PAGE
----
Dave Ellis: Of Jams and Jazz
DE: Oh, man! That intangible thing that you cannot describe. That transcendent thing in a tune that speaks to you from some other place. That. The indescribable thing that makes art worthwhile. It just speaks to you.
Now, I'm a Woody Shaw fan too, because he's one of the guys I heard growing up, and I saw him a lot at the Keystone Korner. The funny thing about that is that he was often with Joe Henderson who I didn't really like in my younger days; I was not a Joe fan then as I am now. I was way more into Woody, which is a trip now that I think of it! Anyway, I've always felt like outside of my ability to play the instrument, I have a good understanding of that intangible something. To reproduce it is another thing, but I think I have a good understanding of what valuable music is.
I know that's completely subjective. Obviously I can't sit here and say, "I know what's good." Maybe I should say I know what's not good! I think Orrin recognized that, and he's certainly a master of it. On the other hand, Orrin is fond of saying he's made one of every kind of record, except one that's sold! But he has never been into it for that reason.
AAJ: You close the album with a very unusual, almost inverted version of "Summertime." That arrangement was byone of our local legends, saxophonist Noel Jewkes...
AAJ: ...What's your relationship with Noel?
DE: He was my teacher. He was one of four important teachers who I've had through my career, and I studied on and off with him between the ages of about eleven and fourteen or fifteen, and then there was a brief stint a few years later. That tune was on his Dr. Legato Express record in 1978, retitled "Winterlude."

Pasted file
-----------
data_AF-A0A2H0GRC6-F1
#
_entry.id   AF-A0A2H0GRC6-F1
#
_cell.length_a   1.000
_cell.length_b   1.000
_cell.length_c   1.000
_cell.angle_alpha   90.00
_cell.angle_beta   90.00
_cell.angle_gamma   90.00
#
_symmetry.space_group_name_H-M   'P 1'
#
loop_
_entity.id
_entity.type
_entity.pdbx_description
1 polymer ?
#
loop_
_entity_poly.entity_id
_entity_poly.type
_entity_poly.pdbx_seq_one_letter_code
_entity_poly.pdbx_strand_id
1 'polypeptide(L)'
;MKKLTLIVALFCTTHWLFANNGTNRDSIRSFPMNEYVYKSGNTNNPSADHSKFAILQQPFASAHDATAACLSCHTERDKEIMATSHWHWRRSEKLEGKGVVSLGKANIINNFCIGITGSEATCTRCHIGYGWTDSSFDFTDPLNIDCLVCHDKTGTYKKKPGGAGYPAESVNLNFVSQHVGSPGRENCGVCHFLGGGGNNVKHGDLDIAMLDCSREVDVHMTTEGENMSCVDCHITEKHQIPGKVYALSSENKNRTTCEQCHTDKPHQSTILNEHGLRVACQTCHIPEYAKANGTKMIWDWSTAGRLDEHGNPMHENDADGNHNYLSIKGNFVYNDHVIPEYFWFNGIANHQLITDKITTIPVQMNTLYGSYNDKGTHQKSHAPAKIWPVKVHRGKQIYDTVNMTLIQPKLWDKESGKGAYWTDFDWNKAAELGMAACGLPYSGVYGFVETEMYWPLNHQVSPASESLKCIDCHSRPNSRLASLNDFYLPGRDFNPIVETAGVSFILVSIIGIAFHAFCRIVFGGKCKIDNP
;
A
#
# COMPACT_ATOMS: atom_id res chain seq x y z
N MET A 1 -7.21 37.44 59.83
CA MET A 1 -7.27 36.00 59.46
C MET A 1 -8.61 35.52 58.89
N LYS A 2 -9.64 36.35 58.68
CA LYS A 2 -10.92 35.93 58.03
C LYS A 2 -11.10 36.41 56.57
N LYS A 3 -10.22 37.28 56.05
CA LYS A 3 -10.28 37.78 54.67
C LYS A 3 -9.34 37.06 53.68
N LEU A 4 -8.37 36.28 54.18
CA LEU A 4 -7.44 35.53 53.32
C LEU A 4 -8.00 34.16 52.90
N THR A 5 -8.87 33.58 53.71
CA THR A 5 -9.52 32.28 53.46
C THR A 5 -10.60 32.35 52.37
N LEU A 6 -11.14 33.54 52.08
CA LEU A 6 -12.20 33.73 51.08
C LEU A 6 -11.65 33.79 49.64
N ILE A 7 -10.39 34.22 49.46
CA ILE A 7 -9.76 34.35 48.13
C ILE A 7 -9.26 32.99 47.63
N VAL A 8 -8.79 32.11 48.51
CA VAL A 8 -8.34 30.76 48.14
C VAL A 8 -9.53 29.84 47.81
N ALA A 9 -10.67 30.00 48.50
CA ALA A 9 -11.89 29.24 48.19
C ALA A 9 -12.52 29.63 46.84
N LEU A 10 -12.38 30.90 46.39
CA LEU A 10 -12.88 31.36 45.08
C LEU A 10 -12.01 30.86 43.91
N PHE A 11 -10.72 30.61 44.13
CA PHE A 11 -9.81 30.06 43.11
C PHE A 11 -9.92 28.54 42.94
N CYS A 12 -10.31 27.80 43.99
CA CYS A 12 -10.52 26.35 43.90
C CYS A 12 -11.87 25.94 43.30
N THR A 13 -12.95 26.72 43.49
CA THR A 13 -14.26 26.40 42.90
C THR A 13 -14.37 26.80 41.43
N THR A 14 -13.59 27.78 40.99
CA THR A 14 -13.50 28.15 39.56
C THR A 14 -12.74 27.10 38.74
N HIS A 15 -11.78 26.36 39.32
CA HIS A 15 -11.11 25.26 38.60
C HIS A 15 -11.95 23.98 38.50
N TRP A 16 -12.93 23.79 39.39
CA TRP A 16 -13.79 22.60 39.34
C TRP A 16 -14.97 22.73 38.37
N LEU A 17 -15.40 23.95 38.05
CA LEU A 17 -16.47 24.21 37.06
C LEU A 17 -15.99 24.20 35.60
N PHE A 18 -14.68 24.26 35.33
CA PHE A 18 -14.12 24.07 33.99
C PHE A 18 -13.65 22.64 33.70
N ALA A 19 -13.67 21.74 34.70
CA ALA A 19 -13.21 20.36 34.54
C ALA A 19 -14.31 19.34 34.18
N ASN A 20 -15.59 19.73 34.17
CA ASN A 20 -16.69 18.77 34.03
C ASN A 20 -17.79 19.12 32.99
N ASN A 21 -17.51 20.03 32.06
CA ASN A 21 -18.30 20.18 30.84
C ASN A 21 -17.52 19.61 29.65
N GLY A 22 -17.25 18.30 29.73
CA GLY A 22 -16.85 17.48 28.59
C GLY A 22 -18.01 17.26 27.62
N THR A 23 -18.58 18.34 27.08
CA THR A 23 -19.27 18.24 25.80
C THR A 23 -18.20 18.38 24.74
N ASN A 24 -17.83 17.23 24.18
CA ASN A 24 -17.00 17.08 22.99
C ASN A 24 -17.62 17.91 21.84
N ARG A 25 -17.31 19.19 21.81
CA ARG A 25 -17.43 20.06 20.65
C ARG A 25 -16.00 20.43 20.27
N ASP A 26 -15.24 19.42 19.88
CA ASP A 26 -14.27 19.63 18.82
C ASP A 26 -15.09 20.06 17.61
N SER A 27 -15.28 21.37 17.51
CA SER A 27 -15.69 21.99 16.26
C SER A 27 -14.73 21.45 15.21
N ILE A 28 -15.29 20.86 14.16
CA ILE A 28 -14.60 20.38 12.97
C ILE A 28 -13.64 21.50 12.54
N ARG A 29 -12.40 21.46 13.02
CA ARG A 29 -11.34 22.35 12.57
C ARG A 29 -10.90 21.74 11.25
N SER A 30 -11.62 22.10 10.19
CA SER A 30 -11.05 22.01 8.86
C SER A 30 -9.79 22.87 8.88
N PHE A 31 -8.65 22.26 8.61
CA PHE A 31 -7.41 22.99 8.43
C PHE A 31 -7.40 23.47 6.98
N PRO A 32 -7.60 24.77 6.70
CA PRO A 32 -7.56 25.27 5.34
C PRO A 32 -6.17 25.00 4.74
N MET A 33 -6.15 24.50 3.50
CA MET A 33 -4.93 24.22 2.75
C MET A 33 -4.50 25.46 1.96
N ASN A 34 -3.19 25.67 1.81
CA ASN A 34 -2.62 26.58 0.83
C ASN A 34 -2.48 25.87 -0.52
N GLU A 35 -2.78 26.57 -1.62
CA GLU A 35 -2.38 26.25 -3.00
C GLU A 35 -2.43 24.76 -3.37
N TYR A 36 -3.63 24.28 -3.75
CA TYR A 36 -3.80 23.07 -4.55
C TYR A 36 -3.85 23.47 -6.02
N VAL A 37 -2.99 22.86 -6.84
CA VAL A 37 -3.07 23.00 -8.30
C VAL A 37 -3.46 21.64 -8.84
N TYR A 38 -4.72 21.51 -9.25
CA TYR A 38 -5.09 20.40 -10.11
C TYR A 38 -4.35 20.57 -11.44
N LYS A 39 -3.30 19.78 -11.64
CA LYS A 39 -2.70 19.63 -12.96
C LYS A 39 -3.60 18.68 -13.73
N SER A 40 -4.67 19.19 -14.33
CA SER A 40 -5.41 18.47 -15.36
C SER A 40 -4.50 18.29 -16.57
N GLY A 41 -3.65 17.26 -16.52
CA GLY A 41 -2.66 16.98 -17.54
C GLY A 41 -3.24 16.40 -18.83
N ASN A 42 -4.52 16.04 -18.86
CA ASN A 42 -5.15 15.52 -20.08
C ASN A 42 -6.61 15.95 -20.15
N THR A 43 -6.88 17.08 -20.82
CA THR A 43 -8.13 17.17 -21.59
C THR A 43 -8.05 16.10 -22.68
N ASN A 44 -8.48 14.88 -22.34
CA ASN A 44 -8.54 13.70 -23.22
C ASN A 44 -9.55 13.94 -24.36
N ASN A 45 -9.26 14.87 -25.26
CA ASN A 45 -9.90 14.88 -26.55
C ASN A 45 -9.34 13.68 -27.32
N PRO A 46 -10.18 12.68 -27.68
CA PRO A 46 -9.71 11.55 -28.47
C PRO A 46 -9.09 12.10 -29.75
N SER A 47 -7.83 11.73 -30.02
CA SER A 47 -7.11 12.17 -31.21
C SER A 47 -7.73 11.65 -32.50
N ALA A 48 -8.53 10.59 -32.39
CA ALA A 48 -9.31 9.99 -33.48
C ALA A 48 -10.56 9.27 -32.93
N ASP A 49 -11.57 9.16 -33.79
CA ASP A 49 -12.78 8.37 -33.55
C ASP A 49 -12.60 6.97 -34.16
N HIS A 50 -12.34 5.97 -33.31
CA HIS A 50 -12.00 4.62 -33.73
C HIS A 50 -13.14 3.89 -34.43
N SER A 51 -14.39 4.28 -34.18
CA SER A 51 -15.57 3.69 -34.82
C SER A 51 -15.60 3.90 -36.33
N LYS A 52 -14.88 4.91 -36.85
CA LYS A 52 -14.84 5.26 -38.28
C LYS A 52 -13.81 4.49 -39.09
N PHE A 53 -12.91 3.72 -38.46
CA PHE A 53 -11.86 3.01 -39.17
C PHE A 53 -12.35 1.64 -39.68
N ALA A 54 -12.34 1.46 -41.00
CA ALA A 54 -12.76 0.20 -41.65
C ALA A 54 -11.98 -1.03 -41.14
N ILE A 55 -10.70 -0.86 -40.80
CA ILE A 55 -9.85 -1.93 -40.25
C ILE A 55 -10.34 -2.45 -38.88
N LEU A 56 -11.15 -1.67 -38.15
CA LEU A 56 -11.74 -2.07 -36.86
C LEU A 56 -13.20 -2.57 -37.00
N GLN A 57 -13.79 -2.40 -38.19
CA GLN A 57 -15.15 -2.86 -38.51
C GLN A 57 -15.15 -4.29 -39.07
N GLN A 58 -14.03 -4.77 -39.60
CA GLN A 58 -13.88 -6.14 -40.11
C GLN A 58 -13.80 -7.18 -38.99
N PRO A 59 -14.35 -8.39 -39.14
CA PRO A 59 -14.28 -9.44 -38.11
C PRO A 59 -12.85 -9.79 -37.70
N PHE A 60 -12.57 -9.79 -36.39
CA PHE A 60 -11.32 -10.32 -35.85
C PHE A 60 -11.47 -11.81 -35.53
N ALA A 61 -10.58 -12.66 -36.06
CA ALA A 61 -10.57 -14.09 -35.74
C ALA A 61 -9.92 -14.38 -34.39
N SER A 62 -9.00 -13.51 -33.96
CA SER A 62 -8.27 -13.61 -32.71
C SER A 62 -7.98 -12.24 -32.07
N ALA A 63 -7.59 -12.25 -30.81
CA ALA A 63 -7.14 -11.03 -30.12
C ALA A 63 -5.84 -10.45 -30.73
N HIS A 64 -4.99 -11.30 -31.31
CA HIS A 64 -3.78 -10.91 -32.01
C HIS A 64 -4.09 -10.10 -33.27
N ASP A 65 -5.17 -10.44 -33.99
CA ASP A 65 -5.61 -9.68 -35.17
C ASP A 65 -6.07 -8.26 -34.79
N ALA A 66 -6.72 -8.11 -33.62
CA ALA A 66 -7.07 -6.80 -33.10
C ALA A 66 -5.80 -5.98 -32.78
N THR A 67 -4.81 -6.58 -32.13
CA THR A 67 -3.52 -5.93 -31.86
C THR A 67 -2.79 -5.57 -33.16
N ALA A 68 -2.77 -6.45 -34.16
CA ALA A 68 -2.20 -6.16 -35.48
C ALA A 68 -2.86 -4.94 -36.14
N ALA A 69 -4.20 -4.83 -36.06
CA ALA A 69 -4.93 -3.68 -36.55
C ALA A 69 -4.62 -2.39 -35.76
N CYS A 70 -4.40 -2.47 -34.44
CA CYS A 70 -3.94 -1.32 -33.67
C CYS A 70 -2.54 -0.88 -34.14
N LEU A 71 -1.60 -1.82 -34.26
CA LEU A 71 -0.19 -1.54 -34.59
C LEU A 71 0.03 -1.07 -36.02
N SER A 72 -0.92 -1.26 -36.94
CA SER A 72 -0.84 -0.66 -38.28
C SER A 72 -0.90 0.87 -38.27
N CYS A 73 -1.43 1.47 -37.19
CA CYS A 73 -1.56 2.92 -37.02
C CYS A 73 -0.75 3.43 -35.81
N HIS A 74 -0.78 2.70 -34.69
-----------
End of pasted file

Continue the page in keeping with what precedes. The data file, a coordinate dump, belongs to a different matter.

Noel is just completely creative. I remember going to see him one time and he had his recording gear set up in his garage, which consisted of a couple of reel-to-reel decks running simultaneously, and he had a piece of plastic PVC tubing that he was sort of whacking on, and he said, "play over this!" And I'm like twelve or thirteen! Talk about lessons on how to be creative... And he can play piano and bass he's a multi-instrumentalist and he's always reworking everything. I was a little hesitant to put this tune on the record, because I know Noel, and he probably thought it was inadequate about five seconds after he originally recorded it in 1978. So to regurgitate that may not have made him so happy.
But that song, "Winterlude," just became a part of my life, and I wanted to share that with people. I've been playing it with my current group, and it gets a lot of positive response from the audience, but also from the band. They're just like, "man, that is killer!" People ask to see the music. It was a septet or octet tune when Noel did it, and I just broke it down to a quartet tune, so it's missing a lot of the elements that I really enjoyed. But when we were rehearsing in New York and those guys were looking at the changes Mulgrew, Peter Washington, and Carl Allen I'll never forget how they approached it. I've been around a lot of different musicians, and in some ways top level guys can have top level egos. But it was completely different here. Those guys said, "wow, this is a trip; why don't we slow it down so that the changes can really be heard," and they had all kinds of suggestions about how to help craft this tune into what I wanted it to be. I played them the original so that they could get a feel for it. And with their help, it turned into one fine record. Those guys are just about music.
AAJ: Last question: what's in your CD player right now?
DE: Well, I have a two year old daughter, so oftentimes it's The Wiggles. But right now, it's Art Blakey and the Jazz Messengers, Volume 2: Mission Eternal , and also Free For All , so I guess I'm in an Art Blakey mode right now. And Eric Benet. How about you? What's in your CD player?
AAJ: Why, your disc, of course!
DE: Good, that's the right answer!
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Dave Ellis: Talented Tenor on the March
B&W by Henry Benson